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home : opinion : perspectives

2/2/2012 10:01:00 AM
'AMAZING GOD' REFLECTION
If martyrs could evangelize, why can't we?
BY REV. RICH BRODERICK


(Editor's note: Father Broderick, head of the diocesan "Pueblo to People" program twinning parishes here with those in Central America and elsewhere, just returned from a trip to Guatemala. In light of the Albany Diocese's "Amazing God" evangelization effort, he offers a reflection on evangelization and the Church in Central America.)

A twin-engine Cessna airplane flew eight of us over the mountainous region of Guatemala to a dirt-road landing strip at Playa Grande. We were a mix of Maryknoll women religious, priests and a brother, plus two diocesan priests.

Upon landing, we packed into a micro-van that pitched back and forth and scraped bottom many times on the unimproved road during the two-hour road trip to our destination: Ixcan Grande, El Quiché, Guatemala. Each kilometer covered was a miracle.

The invitation had come to me via a phone call from a priest friend, Padre Juan Vazquez, who is pastor of the church of Nuestra Señora de la Candelaria de los Martires. The parish was commemorating the 35th anniversary of the martyrdom of Rev. William Woods, MM.

Within an hour of his call, I had a knapsack packed and I was off to Guatemala City to join the group for this adventure of grace.

Father Woods was a larger-than-life Maryknoll priest. Originally from Texas, he was, in the words of this indigenous Maya community, "the shepherd who laid down his life for us."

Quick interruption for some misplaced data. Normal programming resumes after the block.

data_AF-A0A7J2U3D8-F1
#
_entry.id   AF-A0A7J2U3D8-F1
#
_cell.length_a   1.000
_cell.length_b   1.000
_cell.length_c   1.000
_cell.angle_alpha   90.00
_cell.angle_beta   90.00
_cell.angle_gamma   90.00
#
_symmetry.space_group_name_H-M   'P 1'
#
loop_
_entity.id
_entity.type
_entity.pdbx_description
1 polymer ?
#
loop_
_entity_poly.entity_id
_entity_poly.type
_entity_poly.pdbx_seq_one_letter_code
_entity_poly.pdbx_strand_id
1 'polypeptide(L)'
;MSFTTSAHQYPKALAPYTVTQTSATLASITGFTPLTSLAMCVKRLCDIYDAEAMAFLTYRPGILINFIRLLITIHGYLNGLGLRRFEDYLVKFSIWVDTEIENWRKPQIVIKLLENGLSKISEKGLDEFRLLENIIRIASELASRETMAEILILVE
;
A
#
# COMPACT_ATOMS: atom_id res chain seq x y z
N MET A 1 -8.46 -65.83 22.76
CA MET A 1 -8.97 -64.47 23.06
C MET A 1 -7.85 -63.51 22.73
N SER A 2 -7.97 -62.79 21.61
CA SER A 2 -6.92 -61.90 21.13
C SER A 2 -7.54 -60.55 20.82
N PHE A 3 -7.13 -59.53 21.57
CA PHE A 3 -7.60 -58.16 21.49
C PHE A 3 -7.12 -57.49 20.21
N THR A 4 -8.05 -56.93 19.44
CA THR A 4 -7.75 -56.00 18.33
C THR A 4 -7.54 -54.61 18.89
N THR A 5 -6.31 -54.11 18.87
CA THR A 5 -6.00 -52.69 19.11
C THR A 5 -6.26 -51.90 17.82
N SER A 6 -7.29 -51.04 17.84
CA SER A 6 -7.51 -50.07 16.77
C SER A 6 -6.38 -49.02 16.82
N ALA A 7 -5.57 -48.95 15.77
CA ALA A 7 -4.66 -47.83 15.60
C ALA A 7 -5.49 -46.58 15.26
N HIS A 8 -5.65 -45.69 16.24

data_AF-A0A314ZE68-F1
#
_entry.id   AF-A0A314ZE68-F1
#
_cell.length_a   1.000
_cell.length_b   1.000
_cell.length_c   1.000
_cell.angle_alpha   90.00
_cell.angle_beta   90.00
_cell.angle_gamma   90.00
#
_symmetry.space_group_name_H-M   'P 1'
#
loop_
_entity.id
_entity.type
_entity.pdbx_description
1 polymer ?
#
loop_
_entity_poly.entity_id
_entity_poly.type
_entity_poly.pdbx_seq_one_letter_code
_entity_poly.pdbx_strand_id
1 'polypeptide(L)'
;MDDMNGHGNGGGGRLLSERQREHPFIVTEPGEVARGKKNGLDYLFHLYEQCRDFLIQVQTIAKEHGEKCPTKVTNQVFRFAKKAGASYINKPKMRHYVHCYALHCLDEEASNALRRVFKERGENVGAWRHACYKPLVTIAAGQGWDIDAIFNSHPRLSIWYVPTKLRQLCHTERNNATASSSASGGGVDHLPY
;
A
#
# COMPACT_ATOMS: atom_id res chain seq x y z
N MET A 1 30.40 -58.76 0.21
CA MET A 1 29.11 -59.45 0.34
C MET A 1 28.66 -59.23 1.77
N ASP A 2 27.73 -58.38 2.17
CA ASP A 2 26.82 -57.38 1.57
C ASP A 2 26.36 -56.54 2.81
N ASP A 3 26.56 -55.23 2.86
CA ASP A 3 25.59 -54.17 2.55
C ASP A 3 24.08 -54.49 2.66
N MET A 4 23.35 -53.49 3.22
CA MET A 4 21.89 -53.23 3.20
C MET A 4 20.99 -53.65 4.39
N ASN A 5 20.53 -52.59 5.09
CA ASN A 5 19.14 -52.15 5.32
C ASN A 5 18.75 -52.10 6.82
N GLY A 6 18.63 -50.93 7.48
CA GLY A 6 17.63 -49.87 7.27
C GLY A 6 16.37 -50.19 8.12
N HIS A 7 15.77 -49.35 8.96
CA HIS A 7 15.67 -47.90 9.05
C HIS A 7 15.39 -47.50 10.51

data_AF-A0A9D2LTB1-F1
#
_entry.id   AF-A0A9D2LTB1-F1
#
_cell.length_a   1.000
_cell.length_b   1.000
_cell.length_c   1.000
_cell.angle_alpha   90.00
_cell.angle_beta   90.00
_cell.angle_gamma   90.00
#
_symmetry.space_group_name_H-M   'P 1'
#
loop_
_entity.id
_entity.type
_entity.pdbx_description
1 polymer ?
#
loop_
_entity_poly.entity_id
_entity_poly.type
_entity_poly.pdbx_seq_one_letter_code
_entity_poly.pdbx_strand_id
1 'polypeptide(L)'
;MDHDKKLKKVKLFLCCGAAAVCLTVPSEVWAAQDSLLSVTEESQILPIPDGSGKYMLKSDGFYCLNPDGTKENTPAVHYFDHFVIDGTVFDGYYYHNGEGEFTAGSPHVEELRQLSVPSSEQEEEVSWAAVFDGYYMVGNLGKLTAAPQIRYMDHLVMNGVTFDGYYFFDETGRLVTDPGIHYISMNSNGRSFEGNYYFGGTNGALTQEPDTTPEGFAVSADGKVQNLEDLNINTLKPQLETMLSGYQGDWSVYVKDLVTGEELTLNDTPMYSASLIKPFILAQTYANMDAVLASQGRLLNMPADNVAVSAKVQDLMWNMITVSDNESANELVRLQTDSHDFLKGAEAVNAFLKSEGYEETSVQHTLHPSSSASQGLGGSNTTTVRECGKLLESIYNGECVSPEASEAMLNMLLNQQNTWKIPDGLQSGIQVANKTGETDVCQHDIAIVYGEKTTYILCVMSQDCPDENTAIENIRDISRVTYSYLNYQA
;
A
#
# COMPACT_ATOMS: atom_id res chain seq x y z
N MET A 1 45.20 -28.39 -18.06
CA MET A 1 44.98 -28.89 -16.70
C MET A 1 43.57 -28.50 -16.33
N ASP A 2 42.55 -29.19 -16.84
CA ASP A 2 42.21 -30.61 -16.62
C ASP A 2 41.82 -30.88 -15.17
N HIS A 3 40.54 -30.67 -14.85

He arrived in Guatemala in 1958 at the age of 27 and ministered to faith communities in Barillas until 1996, when he was asked to take charge of developing projects for human development in Mayaland Grande.

These impoverished Mayan communities clamored for land and longed for a dignified way of life where they could live peacefully and cultivate food staples of corn and beans.

Father Woods organized and empowered this dispirited people into an energetic force. They now believed they could move mountains and live their dreams.

The Maryknoller used an inheritance and donations to purchase land in this remote region. Quickly, co-operatives were formed and a clinic, a school, houses and even a radio station were built.

Father Woods learned to fly a plane after some friends in Texas donated one so that he could transport goods in and out of Ixcán. Soon, this flourishing community had more than 1,000 head of cattle grazing on the lush, green vegetation.

However, all this was a long introduction to Father Woods' sharing fully in the paschal mystery of Jesus, the Good Shepherd, who laid down His life for us.

Socio-political events converged and the love the priest showed to his people drew hatred from the elite. On Nov. 22, 1976, his plane is believed to have been shot down by the Guatemalan military - with four passengers aboard - in the jungles of Ixcán.

The communities of resistance Father Woods had served were later forced to flee the repression by the oligarchy and military into Mexico, where they lived in refugee camps for 10 years. Their land was illegally taken from them.

The anniversary celebration to which we were invited drew more than 1,000 indigenous people. Many were part of the returned communities of resistance - now back on their land, but still rebuilding their lives.